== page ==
• Be Seeing You

    Be Seeing You


    “The real result of that strike was not a 3 or 4% rise in pay but the education of young workers discovering the true identity of their struggle” “it’s not about what the tabloids write, it’s about what the working class does”

    V well made Chris Marker film interviewing striking workers in a factory in pre-68 France: lots of good discussion on communism, long hours and lack of leisure, automation, the media amongst other things…


  • Never-Ending Man: Hayao Miyazaki

    Never-Ending Man: Hayao Miyazaki


    Worth a watch for anyone interested in Ghibli, animation or art in general. Miyazaki is v cute and wholesome and just what I needed at times (watched this in three parts) but also misses Miyazaki’s relationship with his son, despite going into detail on Ghiblis future after Miyazaki.

  • The Beaches of Agnès

    The Beaches of Agnès


    Back to Varda after a too-long break. A good watch, nice to revisit Agnes' films but let down by a creeping self-indulgence that leads into digressions that mess up the pacing of the film for me. This just didn't hit right for me, something about how it's edited I think, idk. Felt myself comparing it a lot to her final film, Varda by Agnes (2019), which arguably is a re-edit of this. Idk, was fascinating to hear about her life,…

  • On Your Mark

    On Your Mark


    the effort that Ghibli put into a seven-minute music video, damn. Yes, there was a strange unexplained, non-linear storyline involving two cops saving an angel and we didn't have subs so didn't know what the song's about - but the animation in this is some of the best I've seen in Ghibli: proper Star Wars/Blade Runner vibes but with lush Miyazaki colours and neons too. Just the capacity to create worlds, this is a film full of so much potential, to my eyes at least

  • La Chinoise

    La Chinoise


    Ok I really didn't enjoy this as much as the first-time-wanna-be-cinephile-i-love-godard me did but I think there's still a lot to gain from bits and pieces in here - incredibly confusing and difficult to understand at times but there are some rewarding segments if you bear with it.

    Best scene is the train interview with Francis Jeanson on the Algerian revolution, compared with arguments which foreshadow those which would come to plague the Red Army Faction (see Baader Meinhof Complex,…

  • The Father

    The Father


    At its best The Father feels like theatre - the music, scenery, the careful dedication to the shifting sets and characters, it all feels like a delicately crafted piece of art; chilling and all-encompassing like only theatre can be. However, as time goes by and the editing tricks wear thin, it starts to lose its sheen. Started to feel like there’s something missing here: a depth that the editing serves to cloak. Perhaps we're missing not just the depth of…

  • Howl's Moving Castle

    Howl's Moving Castle


    “It feels like I’m in a dream”

    From that first episode, that’s exactly what this film feels like - a dizzying, spinning collection of worlds, time and space. Quite hard to follow if you’re trying to do that, but my mate said the overarching themes are what’s important in Japanese cinema: that feels true here - a strong anti-war message, alternative families, solidarity, kindness and peace - it’s all in there.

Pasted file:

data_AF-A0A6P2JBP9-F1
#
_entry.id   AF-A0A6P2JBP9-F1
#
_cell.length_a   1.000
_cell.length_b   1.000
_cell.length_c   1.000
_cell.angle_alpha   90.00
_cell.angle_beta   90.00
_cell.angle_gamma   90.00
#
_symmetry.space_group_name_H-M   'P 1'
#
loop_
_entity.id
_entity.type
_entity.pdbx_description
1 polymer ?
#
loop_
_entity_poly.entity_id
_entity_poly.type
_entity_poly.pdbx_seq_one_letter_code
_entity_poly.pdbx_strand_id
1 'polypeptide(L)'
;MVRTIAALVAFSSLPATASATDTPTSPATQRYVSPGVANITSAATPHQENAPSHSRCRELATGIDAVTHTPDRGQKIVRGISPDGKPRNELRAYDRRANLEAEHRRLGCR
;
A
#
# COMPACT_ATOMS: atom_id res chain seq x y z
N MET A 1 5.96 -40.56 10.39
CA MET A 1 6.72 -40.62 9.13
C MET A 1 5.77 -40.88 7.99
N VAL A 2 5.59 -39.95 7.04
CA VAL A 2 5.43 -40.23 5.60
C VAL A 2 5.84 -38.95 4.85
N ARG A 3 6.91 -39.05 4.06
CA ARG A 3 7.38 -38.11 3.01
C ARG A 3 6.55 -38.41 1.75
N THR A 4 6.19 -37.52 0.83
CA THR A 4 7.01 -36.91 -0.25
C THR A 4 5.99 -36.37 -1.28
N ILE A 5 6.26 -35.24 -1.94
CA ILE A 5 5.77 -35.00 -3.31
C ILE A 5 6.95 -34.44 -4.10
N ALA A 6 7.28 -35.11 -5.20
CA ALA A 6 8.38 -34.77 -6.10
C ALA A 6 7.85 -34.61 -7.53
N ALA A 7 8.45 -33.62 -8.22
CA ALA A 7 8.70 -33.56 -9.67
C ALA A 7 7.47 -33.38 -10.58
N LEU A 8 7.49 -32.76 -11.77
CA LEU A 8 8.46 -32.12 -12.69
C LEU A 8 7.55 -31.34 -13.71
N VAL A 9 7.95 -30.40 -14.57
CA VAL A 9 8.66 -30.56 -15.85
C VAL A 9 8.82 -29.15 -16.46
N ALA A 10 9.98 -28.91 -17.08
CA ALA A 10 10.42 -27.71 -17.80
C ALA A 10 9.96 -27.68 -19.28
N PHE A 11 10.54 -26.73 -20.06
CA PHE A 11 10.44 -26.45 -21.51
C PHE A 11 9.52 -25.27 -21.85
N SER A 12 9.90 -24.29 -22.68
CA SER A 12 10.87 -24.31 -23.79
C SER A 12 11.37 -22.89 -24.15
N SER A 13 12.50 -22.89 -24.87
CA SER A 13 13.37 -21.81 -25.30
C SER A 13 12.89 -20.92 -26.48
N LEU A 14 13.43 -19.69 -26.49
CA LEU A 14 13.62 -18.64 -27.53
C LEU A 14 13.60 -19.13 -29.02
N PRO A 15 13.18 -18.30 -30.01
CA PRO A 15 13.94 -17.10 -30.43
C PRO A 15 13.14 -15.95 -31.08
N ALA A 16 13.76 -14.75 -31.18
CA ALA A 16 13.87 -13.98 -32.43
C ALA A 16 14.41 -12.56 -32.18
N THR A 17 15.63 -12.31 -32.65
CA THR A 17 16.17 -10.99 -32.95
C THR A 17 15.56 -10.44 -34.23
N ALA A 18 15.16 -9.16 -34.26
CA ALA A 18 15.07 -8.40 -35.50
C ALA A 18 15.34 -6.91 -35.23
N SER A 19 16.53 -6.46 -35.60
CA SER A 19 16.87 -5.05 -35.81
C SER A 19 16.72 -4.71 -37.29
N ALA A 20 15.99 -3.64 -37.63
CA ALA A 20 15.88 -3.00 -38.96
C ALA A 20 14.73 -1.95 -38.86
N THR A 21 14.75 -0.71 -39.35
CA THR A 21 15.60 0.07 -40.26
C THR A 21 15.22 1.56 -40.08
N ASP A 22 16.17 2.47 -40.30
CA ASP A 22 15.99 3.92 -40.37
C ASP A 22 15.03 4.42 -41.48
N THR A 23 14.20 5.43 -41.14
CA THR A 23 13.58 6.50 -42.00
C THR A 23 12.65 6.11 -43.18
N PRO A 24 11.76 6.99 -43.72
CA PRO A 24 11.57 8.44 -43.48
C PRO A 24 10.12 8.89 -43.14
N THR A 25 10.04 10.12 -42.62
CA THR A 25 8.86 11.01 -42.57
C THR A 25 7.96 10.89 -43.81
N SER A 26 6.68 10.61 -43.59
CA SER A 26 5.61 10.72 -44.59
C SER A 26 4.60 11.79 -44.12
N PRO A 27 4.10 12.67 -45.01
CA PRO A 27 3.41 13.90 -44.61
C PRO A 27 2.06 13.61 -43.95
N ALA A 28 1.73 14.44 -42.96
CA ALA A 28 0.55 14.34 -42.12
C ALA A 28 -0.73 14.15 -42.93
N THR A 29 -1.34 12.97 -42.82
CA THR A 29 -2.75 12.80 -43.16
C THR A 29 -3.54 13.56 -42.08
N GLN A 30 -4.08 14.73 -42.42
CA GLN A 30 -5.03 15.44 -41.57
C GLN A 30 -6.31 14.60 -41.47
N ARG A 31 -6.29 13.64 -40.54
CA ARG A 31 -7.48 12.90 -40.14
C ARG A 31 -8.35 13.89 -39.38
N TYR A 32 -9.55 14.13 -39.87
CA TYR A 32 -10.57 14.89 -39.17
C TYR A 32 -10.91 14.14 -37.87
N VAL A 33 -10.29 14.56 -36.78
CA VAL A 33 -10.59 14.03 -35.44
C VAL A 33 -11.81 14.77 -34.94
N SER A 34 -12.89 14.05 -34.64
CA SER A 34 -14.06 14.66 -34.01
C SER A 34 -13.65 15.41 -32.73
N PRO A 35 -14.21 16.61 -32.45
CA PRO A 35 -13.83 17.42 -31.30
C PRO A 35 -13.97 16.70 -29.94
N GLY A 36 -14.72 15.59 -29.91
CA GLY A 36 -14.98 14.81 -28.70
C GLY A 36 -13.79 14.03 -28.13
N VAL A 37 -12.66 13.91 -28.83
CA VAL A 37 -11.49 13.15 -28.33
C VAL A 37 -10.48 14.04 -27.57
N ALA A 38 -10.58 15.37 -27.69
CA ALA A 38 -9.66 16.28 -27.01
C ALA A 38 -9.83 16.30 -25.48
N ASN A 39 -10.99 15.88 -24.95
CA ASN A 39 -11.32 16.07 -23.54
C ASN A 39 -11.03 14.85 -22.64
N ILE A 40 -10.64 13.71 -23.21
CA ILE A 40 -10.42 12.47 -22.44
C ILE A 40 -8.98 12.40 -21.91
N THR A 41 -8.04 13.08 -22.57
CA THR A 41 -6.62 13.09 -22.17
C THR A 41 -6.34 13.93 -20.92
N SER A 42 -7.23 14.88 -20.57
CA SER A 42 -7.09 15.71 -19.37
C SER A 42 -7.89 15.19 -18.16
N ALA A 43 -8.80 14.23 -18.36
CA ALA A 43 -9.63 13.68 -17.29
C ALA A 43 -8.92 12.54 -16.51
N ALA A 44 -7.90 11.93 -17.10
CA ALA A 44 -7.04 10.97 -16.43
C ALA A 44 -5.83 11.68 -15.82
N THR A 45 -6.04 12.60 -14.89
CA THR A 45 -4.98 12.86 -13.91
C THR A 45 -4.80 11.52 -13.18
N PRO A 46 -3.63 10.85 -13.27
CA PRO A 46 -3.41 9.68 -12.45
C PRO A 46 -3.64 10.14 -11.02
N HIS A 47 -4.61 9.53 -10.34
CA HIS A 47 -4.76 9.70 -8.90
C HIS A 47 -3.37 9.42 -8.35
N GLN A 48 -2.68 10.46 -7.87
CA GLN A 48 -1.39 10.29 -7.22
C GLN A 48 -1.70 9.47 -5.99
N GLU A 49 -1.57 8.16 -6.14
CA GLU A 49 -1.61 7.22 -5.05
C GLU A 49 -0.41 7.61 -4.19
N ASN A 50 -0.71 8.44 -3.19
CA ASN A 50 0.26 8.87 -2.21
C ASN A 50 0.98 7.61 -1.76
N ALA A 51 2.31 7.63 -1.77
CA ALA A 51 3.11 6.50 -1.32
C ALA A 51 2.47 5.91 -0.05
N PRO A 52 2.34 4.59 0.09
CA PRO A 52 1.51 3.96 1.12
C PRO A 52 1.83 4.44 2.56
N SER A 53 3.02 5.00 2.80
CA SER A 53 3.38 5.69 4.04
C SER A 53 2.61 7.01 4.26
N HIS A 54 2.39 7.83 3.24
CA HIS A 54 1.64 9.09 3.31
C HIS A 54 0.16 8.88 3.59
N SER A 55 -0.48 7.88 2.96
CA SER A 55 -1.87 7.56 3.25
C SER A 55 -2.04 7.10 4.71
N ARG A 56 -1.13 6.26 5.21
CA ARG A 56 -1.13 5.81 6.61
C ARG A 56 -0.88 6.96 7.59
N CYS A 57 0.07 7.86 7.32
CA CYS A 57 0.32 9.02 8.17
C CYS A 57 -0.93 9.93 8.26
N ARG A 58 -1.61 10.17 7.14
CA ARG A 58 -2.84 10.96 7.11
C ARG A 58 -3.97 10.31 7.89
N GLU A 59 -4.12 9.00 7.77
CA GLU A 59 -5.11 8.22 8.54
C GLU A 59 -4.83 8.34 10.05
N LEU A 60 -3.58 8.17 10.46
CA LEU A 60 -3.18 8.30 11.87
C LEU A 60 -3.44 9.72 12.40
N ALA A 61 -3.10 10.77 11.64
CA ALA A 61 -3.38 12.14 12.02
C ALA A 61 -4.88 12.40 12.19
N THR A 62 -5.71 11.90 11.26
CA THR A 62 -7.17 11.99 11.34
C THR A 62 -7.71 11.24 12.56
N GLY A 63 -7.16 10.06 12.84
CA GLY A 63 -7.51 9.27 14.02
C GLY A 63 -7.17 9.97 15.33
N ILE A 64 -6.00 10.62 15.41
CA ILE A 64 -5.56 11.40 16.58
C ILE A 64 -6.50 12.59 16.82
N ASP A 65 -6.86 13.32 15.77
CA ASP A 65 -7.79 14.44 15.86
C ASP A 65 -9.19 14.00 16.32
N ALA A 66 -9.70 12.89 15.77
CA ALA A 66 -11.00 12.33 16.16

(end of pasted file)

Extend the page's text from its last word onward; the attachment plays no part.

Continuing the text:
Also notable is Ghibli’s incredible use of watercolour and moving animation, always good but pushed to new heights in this one

  • Newspeak



    “History allows us to see into the future without the blindfold of propaganda” // “each act of work is a political act” // “the denial of being political is a political act”

    Stunning as always from Fero/Migrant Media - just soars through the politics of Occupy movement, the press and the wars in Iraq and Libya with characteristic lucidity, somehow tying it all together into a strong call for resistance, all amidst the frontline of these struggles. This is what…

  • Julie & Julia

    Julie & Julia


    "we're not talking about men, who's talking about men?"

    a hymn to simple pleasures and the joy of food enjoyed with friends, to lives folding and unfolding in different places spread across decades.

    I think I'd have enjoyed this a lot more if I'd watched it one sitting, it seemed to drag towards the last half hour but I'm willing to let it go for that ending, that ending: not really a spoiler because I think anyone would appreciate this…

  • Notting Hill Carnival, 83-86

    Notting Hill Carnival, 83-86


    Beaut little short offering snapshots of Notting Hill Carnival 1983-6. Captures some of the feeling of DIY soundsystem culture that Lover’s Rock tried and (arguably) failed to capture. V fresh, atmospheric if grainy VHS piece depicting the raw feeling and freedom of dance, people filling their streets with music all amid the usual lingering threat of police violence. Could have done with some interviews to keep it going for half an hour but nonetheless a bright hymn to festival culture, “till a next year”.

    On cinema club til 5th Aug lecinemaclub.com

  • The Wind Rises

    The Wind Rises


    sorry Miyazaki your greens are 2 saturated xo

    Nevertheless an incredibly vivid and calming film to fall into; even if it's a bit more politically ambiguous than other Ghiblis.

  • Days of Being Wild

    Days of Being Wild


    fell asleep halfway through at bfi. great cinematography and landscapes as ever - not so good dialogue and pacing/storyline. sorry wkw